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Budget 2019: A Secure and Dignified Retirement for Canadian Seniors

Wednesday, 27 March 2019 18:20.PM

All Canadian seniors deserve a secure and dignified retirement, free of financial worries. The Government of Canada is working to support seniors so they can enjoy their retirement years and stay active and involved in their communities.

The Prime Minister, Justin Trudeau, today visited Scarborough, Ontario, and highlighted Budget 2019 measures to improve the quality of life for Canada's seniors now, and for generations to come.

"Canada's seniors have worked hard to support their families, build strong communities, and grow our economy. Their knowledge, skills, and experience are the cornerstones that have built our businesses and our country. Now, with this year's budget, we're making sure they have the support they need, and investing to provide Canadian seniors with the freedom and peace of mind they deserve in their retirement years."
—The Rt. Hon. Justin Trudeau, Prime Minister of Canada

Through Budget 2019, the government is proposing new measures so that Canadian seniors can enjoy a more financially secure retirement. These measures include:

- an increase to the Guaranteed Income Supplement (GIS) earnings exemption so that low-income seniors who choose to keep working can keep more of their hard-earned income
- pro-active enrollment in the Canada Pension Plan for contributors who are 70 years old or older to make sure they are receiving the pension payments they are entitled to
- increased protection of workplace pensions earned by seniors in the event of corporate insolvency

To better support Canadians living with dementia and their families, Budget 2019 also proposes an investment of $50 million over five years to implement Canada's first ever National Dementia Strategy. The strategy will seek to increase awareness and reduce stigma, develop treatment guidelines and best practices for early diagnosis, and help us better understand dementia and its effects on our communities.

In addition, Budget 2019 proposes increased funding for the New Horizons for Seniors Program to help seniors thrive and stay connected to their communities. The new funding would support projects in communities across the counry, from providing fitness equipment for seniors' centres, to offering financial literacy classes, to creating volunteer opportunities.

With measures like these, this year's budget will help make sure that all Canadian seniors can spend less time worrying about making ends meet and more time enjoying the secure and dignified retirement they deserve.

Quick Facts

- Budget 2019, Investing in the Middle Class, is the government's plan to create more good well-paying jobs, put homeownership within reach of more Canadians, help working people get the training they need to succeed, support seniors, and lay the foundation for national pharmacare.
- To allow low-income older Canadians to take home more money while they work, Budget 2019 proposes to introduce legislation that would enhance the GIS earnings exemption beginning in July 2020.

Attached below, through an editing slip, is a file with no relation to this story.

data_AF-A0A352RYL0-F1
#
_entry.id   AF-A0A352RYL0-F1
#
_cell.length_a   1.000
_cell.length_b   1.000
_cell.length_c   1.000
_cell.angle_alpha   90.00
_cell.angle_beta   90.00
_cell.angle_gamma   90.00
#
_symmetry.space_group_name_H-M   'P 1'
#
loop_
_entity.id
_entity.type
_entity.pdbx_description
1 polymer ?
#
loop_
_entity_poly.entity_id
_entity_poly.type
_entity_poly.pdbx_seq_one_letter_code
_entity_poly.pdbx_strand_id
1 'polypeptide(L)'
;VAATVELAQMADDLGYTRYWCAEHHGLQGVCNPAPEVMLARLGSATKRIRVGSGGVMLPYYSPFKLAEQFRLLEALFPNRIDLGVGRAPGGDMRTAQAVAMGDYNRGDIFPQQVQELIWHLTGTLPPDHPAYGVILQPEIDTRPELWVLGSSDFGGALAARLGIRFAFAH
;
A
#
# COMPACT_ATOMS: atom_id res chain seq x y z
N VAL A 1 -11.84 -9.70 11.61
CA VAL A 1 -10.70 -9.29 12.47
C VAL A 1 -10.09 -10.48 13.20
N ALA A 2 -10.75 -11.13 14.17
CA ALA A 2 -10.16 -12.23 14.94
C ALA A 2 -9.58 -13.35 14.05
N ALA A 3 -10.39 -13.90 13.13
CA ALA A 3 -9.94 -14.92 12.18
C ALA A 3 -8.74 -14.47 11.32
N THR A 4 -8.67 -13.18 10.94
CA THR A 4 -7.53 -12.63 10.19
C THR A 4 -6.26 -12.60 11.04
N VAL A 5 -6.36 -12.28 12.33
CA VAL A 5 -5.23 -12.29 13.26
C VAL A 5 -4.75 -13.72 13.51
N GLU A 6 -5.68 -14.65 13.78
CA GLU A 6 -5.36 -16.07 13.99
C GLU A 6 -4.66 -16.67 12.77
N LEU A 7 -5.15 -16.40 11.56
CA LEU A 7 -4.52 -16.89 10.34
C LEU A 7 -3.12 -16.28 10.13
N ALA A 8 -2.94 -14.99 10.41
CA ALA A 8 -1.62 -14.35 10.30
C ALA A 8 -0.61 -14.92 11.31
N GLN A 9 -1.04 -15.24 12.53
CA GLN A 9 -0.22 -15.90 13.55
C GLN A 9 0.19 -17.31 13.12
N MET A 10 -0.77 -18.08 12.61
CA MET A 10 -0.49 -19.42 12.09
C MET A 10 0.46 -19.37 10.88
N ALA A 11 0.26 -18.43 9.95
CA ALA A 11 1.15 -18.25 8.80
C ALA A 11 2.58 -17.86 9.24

- It is estimated that with the proposed changes to CPP enrollment, approximately 40,000 individuals over the age of 70 who are currently missing out would begin to receive an average monthly retirement pension of $302 in 2020. In addition, approximately 1,500 Canadian seniors turning age 70 in 2020 will be proactively enrolled, receiving an estimated average monthly retirement pension of $645. By 2040, as many as 4,000 people could be proactively enrolled each year.
- Budget 2019 proposes new measures that will make insolvency proceedings fairer, more transparent and more accessible for pensioners and workers. This will be accomplished in part by requiring everyone involved to act in good faith, and by giving courts greater ability to review payments made to executives in the lead up to insolvency.
- Budget 2019 also proposes significant additional funding of $100 million over five years, with $20 million per year ongoing, for the New Horizons for Seniors Program.
- Since 2016, the Government of Canada has worked to provide seniors with a more secure and dignified retirement, including by:
-- appointing a Minister of Seniors to help better understand the needs of older Canadians and ensure programs and services are designed to respond to those needs
-- boosting benefits for nearly 900,000 low-income seniors and lifting about 57,000 out of poverty by increasing GIS top-up payments for Canada's most vulnerable seniors
-- committing $6 billion over 10 years for home care, to allow provinces and territories to improve access to home, community, and palliative care services
-- restoring the eligibility age for Old Age Security and GIS benefits to 65, putting thousands of dollars back in the pockets of Canadians as they become seniors
-- increasing benefits for couples who receive GIS and Allowance benefits and have to live apart for reasons beyond their control
-- enhancing the CPP, in collaboration with provincial and territorial partners, which will raise the maximum CPP retirement benefit by up to 50 per cent over time

SOURCE: Prime Minister's Office

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